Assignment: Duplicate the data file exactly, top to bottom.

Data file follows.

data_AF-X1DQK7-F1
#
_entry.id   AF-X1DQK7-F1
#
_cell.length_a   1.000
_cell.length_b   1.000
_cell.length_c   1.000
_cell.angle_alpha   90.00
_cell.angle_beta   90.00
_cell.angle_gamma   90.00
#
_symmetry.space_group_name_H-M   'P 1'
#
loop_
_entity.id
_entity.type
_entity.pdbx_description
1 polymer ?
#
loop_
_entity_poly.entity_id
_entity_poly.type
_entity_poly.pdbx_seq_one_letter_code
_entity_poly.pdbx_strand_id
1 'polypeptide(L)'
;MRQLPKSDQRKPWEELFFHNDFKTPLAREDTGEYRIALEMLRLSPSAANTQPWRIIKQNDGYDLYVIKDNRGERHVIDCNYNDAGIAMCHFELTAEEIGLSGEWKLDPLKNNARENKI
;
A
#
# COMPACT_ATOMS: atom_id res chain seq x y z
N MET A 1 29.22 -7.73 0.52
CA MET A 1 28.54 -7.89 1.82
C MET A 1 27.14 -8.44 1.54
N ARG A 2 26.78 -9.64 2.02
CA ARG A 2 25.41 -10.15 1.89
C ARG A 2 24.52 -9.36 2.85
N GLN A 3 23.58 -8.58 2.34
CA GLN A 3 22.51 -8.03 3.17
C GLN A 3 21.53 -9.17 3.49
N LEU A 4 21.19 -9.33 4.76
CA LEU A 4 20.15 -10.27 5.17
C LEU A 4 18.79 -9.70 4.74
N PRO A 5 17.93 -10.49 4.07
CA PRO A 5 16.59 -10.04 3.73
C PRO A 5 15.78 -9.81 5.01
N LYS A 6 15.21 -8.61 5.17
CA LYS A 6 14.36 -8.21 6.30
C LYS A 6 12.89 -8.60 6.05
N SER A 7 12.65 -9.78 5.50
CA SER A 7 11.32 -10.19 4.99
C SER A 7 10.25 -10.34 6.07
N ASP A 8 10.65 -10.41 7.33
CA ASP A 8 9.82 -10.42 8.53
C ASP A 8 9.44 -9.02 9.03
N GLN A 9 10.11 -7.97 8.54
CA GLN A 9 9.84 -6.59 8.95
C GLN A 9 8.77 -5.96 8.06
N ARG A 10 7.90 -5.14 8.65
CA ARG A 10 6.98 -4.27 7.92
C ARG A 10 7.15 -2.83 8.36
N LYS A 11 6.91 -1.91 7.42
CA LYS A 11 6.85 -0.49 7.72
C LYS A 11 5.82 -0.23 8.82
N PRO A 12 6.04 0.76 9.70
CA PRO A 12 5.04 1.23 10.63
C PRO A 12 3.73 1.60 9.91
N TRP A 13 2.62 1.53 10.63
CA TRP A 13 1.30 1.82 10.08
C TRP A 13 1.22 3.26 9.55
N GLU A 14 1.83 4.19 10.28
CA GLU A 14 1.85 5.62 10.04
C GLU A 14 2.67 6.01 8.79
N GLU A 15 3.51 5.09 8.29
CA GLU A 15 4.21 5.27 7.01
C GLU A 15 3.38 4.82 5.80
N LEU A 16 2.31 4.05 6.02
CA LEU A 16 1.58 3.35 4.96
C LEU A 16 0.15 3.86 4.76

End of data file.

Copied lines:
data_AF-X1DQK7-F1
#
_entry.id   AF-X1DQK7-F1
#
_cell.length_a   1.000
_cell.length_b   1.000
_cell.length_c   1.000
_cell.angle_alpha   90.00
_cell.angle_beta   90.00
_cell.angle_gamma   90.00
#
_symmetry.space_group_name_H-M   'P 1'
#
loop_
_entity.id
_entity.type
_entity.pdbx_description
1 polymer ?
#
loop_
_entity_poly.entity_id
_entity_poly.type
_entity_poly.pdbx_seq_one_letter_code
_entity_poly.pdbx_strand_id
1 'polypeptide(L)'
;MRQLPKSDQRKPWEELFFHNDFKTPLAREDTGEYRIALEMLRLSPSAANTQPWRIIKQNDGYDLYVIKDNRGERHVIDCNYNDAGIAMCHFELTAEEIGLSGEWKLDPLKNNARENKI
;
A
#
# COMPACT_ATOMS: atom_id res chain seq x y z
N MET A 1 29.22 -7.73 0.52
CA MET A 1 28.54 -7.89 1.82
C MET A 1 27.14 -8.44 1.54
N ARG A 2 26.78 -9.64 2.02
CA ARG A 2 25.41 -10.15 1.89
C ARG A 2 24.52 -9.36 2.85
N GLN A 3 23.58 -8.58 2.34
CA GLN A 3 22.51 -8.03 3.17
C GLN A 3 21.53 -9.17 3.49
N LEU A 4 21.19 -9.33 4.76
CA LEU A 4 20.15 -10.27 5.17
C LEU A 4 18.79 -9.70 4.74
N PRO A 5 17.93 -10.49 4.07
CA PRO A 5 16.59 -10.04 3.73
C PRO A 5 15.78 -9.81 5.01
N LYS A 6 15.21 -8.61 5.17
CA LYS A 6 14.36 -8.21 6.30
C LYS A 6 12.89 -8.60 6.05
N SER A 7 12.65 -9.78 5.50
CA SER A 7 11.32 -10.19 4.99
C SER A 7 10.25 -10.34 6.07
N ASP A 8 10.65 -10.41 7.33
CA ASP A 8 9.82 -10.42 8.53
C ASP A 8 9.44 -9.02 9.03
N GLN A 9 10.11 -7.97 8.54
CA GLN A 9 9.84 -6.59 8.95
C GLN A 9 8.77 -5.96 8.06
N ARG A 10 7.90 -5.14 8.65
CA ARG A 10 6.98 -4.27 7.92
C ARG A 10 7.15 -2.83 8.36
N LYS A 11 6.91 -1.91 7.42
CA LYS A 11 6.85 -0.49 7.72
C LYS A 11 5.82 -0.23 8.82
N PRO A 12 6.04 0.76 9.70
CA PRO A 12 5.04 1.23 10.63
C PRO A 12 3.73 1.60 9.91
N TRP A 13 2.62 1.53 10.63
CA TRP A 13 1.30 1.82 10.08
C TRP A 13 1.22 3.26 9.55
N GLU A 14 1.83 4.19 10.28
CA GLU A 14 1.85 5.62 10.04
C GLU A 14 2.67 6.01 8.79
N GLU A 15 3.51 5.09 8.29
CA GLU A 15 4.21 5.27 7.01
C GLU A 15 3.38 4.82 5.80
N LEU A 16 2.31 4.05 6.02
CA LEU A 16 1.58 3.35 4.96
C LEU A 16 0.15 3.86 4.76